New chemical approach to beat Alzheimer's disease - University of Liverpool News A computer generated molecular model of heparan sulphates Scientists at the University of Liverpool and Callaghan Innovation in New Zealand have developed a new chemical approach to help harness the natural ability of complex sugars to treat Alzheimer’s disease. The team used a new chemical method to produce a library of sugars, called heparan sulphates, which are known to control the formation of the proteins in the brain that cause memory loss. Motivating Sheep Perhaps the greatest truth about human nature that you do not find in the typical economics textbook is that people are sheep. Most human beings don't like to be different from the others around them; they want to fit in - to look, sound, and act "normal." (Perhaps the best discussion of this is in Gaetano Mosca's The Ruling Class; unfortunately, it is apparently not yet online). The urge to be normal is most obvious in K-12 education, when conforming to changing fashions becomes a full-time job. But adults are basically the same, just a little more subtle. How much would you have to pay typical adults to wear shorts at a formal gathering of people they are sure to never meet again?
Map Your Mind - Whose #BRAINCHILD are you? Map Your Mind shows which areas of the brain are associated with particular attributes or behaviors, based on the latest scientific research. The data that powers Map Your Mind comes from peer-reviewed, scientific studies published in reputable academic journals over the last decade. Many of the studies employ fMRI technology to measure blood flow and areas of fluctuating activity in the brain. A special thank you to Moran Cerf, Ph.D., a leading researcher in behavior, emotion and decision making at Northwestern University, and Kevin Weiner, a specialist in perception and cognition at Stanford's Vision & Perception Neuroscience Lab and the Institute for Applied Neuroscience, for their advice and guidance. “Liz Taylor As Cleopatra In Rome 1962” Credit: Keystone-France / Getty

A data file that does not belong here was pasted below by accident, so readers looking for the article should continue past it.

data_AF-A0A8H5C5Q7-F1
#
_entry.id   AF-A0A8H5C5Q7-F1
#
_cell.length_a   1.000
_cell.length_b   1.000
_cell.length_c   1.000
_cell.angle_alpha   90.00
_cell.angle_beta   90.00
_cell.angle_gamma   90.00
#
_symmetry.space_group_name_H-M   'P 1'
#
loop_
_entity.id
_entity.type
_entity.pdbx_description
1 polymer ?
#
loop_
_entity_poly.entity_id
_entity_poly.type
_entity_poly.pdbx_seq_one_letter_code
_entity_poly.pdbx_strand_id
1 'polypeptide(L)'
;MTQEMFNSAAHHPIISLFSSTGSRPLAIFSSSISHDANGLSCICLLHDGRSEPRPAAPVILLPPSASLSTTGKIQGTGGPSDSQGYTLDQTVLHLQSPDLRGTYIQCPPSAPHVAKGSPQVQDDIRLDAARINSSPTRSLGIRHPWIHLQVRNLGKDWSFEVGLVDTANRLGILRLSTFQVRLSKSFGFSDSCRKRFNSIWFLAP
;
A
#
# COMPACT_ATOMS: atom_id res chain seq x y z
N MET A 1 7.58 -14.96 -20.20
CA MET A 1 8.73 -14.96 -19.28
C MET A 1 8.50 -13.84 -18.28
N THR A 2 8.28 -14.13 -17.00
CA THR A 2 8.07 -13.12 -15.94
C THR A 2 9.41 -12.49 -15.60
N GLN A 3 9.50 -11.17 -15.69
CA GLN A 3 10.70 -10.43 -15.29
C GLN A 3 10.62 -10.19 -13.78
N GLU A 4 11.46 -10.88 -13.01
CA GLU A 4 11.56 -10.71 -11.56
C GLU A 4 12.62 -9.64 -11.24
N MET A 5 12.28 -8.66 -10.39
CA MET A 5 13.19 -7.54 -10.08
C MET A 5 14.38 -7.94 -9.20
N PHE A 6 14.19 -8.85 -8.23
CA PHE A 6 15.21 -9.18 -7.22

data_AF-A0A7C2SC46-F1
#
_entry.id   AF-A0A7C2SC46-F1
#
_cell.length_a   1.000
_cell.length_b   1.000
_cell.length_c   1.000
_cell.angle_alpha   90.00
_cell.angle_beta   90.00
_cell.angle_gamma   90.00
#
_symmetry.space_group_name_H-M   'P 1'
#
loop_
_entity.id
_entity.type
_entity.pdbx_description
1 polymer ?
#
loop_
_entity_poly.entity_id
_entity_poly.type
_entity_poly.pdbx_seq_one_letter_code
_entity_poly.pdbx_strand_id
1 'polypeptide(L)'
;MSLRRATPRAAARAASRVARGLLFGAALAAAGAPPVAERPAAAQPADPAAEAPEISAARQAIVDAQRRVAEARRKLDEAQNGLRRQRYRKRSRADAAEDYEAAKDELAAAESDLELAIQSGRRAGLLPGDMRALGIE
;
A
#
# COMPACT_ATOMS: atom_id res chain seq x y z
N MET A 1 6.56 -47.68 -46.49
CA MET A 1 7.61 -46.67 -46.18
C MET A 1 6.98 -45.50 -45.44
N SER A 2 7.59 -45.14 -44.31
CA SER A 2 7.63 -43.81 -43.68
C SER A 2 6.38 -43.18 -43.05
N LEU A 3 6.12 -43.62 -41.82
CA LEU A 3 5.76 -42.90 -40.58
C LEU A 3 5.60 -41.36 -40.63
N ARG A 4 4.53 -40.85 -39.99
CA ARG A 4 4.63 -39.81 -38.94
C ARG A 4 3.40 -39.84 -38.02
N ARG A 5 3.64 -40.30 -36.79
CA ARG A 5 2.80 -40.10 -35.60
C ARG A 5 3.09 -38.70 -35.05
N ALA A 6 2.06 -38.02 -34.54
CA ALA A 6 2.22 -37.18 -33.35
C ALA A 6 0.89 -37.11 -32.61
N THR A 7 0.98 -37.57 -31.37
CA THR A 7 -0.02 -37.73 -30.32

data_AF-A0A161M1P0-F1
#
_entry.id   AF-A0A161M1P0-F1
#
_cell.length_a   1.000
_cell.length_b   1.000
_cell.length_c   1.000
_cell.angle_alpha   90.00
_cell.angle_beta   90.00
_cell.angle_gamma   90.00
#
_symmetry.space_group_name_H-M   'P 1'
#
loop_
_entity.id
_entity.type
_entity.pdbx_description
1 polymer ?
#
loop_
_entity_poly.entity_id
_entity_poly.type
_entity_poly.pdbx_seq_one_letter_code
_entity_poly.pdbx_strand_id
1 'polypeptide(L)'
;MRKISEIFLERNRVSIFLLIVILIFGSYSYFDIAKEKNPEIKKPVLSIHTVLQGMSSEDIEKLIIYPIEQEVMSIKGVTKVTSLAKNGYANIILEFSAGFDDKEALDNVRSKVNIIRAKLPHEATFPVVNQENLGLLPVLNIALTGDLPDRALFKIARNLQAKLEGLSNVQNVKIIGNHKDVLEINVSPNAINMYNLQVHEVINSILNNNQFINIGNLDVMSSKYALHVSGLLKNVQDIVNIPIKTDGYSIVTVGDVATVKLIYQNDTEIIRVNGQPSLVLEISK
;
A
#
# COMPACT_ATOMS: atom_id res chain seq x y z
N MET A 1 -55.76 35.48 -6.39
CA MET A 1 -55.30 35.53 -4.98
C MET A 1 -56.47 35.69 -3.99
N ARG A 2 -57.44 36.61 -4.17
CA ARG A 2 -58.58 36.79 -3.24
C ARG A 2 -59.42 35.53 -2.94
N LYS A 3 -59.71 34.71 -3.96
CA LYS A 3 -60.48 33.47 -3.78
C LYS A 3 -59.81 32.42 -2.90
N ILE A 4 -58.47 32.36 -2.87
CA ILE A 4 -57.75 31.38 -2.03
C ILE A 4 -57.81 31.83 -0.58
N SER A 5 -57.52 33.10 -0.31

Intense emotional responses to music: a test of the physiological arousal hypothesis A consistent theme across general theories of emotion is that intense emotions are accompanied by increased levels of physiological arousal. The aim in the current study was to determine whether music which elicited intense emotions produced higher levels of physiological arousal than less emotionally powerful music. Twenty-one participants (9 females, 12 males) were exposed to relaxing music, arousing (but not emotionally powerful) music, an emotionally powerful film scene, and a music piece selected by participants as ‘emotionally powerful’.
Sesame Street Provides Lessons about Natural Brain Development in Children Children’s school-based mathematics and verbal knowledge correlates with the maturity of their neural responses during the natural viewing of educational television programs such as Sesame Street.doi:10.1371/journal.pbio.1001463.g001 Children are not the only ones who can learn a lesson or two from the Count. It turns out that neuroscientists are gaining key insights into brain development by turning to Sesame Street. While the vast majority of researchers who use neuroimaging techniques to study brain activity in humans use simple tasks and stripped down, short-lasting stimuli, such as pictures of isolated objects or individual tones, Jessica Cantlon and Rosi Li at the University of Rochester figured they could learn more about natural brain development by studying the neural activity of children as they watch real-world educational videos. The results of this innovative study are published this week in PLOS Biology.